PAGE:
So many people are so freaked out about the elections this week. If I allow myself to indulge in the lists of potential consequences of a Republican Congressional takeover, I am one of them. But the wider view has, weirdly, mitigated my fears quite a bit.
Our government has never been truly representative. In fact, outside of White men, most adults in the US have not been represented for most of our country’s existence. We passed the Civil Rights and Voting Rights Acts in the sixties, then spent the next two decades dismantling the path to democracy those laws laid out. Slashing the highest tax rates, union busting, the defeat of the ERA, the abolishing of the Fairness Doctrine, redlining, starting a war on drugs to incarcerate young Black men then denying them the right to vote once they’d been released. Let’s not forget AIDS and the stigmatization and abuse of LGBT folks and the legal right to deny them jobs and services. Just look at the 80s clothes and hairstyles and you can surmise the shittiness of the politics. There were no Good Old Days of American Democracy. There were better days than today, perhaps, and better days than what we fear is coming, but marginalized groups are much more visible now than they were in my childhood, and their voices are much easier to hear (sometimes even coming from positions of power), so is representation really diminished? Or just different?
And are we as a country so much worse now than we were 20 years ago? Or are our failures just more obvious? Trump didn’t create racism or xenophobia or conspiracy theories, he just welcomed them to the surface, and in doing so gave those people a sense of community. He made them feel loved. Twitter and Facebook loved them, too. And love makes you feel strong, and bold, and chosen, and driven. I don’t deny that there are people who would not have been raiding the Capital on January 6th if Trump and other liars hadn’t egged them on, but that doesn’t mean they wouldn’t have been vulnerable to someone else, to another narcissist trying to profit off their vulnerability. Loneliness and fear make you easy pickings.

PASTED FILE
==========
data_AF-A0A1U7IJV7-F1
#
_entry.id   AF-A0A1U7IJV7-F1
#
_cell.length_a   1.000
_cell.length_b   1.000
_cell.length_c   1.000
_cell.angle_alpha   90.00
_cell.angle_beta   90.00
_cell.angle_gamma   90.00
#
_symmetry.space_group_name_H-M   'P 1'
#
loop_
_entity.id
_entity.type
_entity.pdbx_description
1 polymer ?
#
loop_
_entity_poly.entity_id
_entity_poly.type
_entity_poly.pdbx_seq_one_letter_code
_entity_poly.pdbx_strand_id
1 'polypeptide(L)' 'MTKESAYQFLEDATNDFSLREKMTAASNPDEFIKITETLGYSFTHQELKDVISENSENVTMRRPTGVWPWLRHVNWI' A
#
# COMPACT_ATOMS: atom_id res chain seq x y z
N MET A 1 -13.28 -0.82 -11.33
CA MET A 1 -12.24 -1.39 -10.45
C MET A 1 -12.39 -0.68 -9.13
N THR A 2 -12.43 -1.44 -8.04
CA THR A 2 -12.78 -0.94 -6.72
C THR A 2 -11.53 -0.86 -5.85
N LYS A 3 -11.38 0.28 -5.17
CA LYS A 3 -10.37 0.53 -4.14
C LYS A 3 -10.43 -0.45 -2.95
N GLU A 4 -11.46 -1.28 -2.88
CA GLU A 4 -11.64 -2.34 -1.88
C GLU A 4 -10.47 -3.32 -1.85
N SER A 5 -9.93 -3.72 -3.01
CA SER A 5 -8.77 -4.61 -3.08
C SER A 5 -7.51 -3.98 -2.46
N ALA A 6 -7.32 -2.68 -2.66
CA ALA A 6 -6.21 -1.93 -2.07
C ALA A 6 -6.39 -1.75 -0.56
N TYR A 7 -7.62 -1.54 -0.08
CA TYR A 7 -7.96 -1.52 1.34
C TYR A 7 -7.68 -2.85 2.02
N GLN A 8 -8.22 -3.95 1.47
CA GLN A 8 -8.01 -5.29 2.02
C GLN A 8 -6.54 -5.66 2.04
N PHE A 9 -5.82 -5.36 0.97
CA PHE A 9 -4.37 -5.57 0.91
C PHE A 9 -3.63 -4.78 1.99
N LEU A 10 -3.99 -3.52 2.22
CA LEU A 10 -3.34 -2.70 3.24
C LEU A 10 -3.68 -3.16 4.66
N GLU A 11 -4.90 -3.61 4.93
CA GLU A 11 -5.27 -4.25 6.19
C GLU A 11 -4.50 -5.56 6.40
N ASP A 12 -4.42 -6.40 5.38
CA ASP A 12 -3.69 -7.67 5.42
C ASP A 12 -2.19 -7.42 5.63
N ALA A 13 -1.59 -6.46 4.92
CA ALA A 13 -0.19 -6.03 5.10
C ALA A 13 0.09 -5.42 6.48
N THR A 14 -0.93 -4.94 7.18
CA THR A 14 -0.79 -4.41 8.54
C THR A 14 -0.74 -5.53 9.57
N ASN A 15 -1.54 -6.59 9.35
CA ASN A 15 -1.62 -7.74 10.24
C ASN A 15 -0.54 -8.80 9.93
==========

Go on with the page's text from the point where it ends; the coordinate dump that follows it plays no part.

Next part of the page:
I agree that things are not great. I agree that every election seems more consequential than the one before. However, the threat is not as new as people pretend it is. There has been a war on Black and Native people going on pretty much ever since White people arrived here. Often on women and immigrants and Queer people as well. I’m not saying that BIPOC and LGBTQ folks aren’t concerned about this election, I’m saying that the unique terror of our times is really only unique if you come from a place of historical privilege. Is it the apocalypse?
The Jews had their apocalypse.
Native Americans had their apocalypse
The Irish had their apocalypse
The people of Hiroshima and Nagasaki and Dresden
Gay men had their apocalypse
Our friends and our enemies, the extremists and the mainstream press, are all feeding our fears. Can we absorb the information without the stench that goes with it? Can we be motivated to vote without terror and hatred? I’m trying, and sometimes failing. Whatever happens with the numbers this week, I know what I have to do: say hi to folks I pass on the street, chat with the community at Peace House, meditate, spread joy, donate, participate, try really fucking hard to see god in everyone. Fear walls us off, and what we need now is connection to our people, and they are all our people. We can build communities of love the way Trump has built communities of hate, but not with hate as the foundation. Monsters come to life when we believe in monsters.
I want a good government more than I can express. I want housing and healthy food for everyone, and restorative justice and sustainable business practices and universal rights and healthcare and reparations and loving, honest education and disability justice and ALL OF IT. I vote for whatever will bring us closest to that whenever I can. But the government won’t heal us. We heal us. Disenfranchised communities have been caring for themselves forever. The more the powerful marginalize us, the more we can recognize our affinity and interdependence, and learn to lean on and support each other. I don’t want the US to become less democratic, but if it opens people’s eyes I’ll be there waving hello.
Get out and vote. Smile at the folks in line. Eat well. Be good to each other. Love,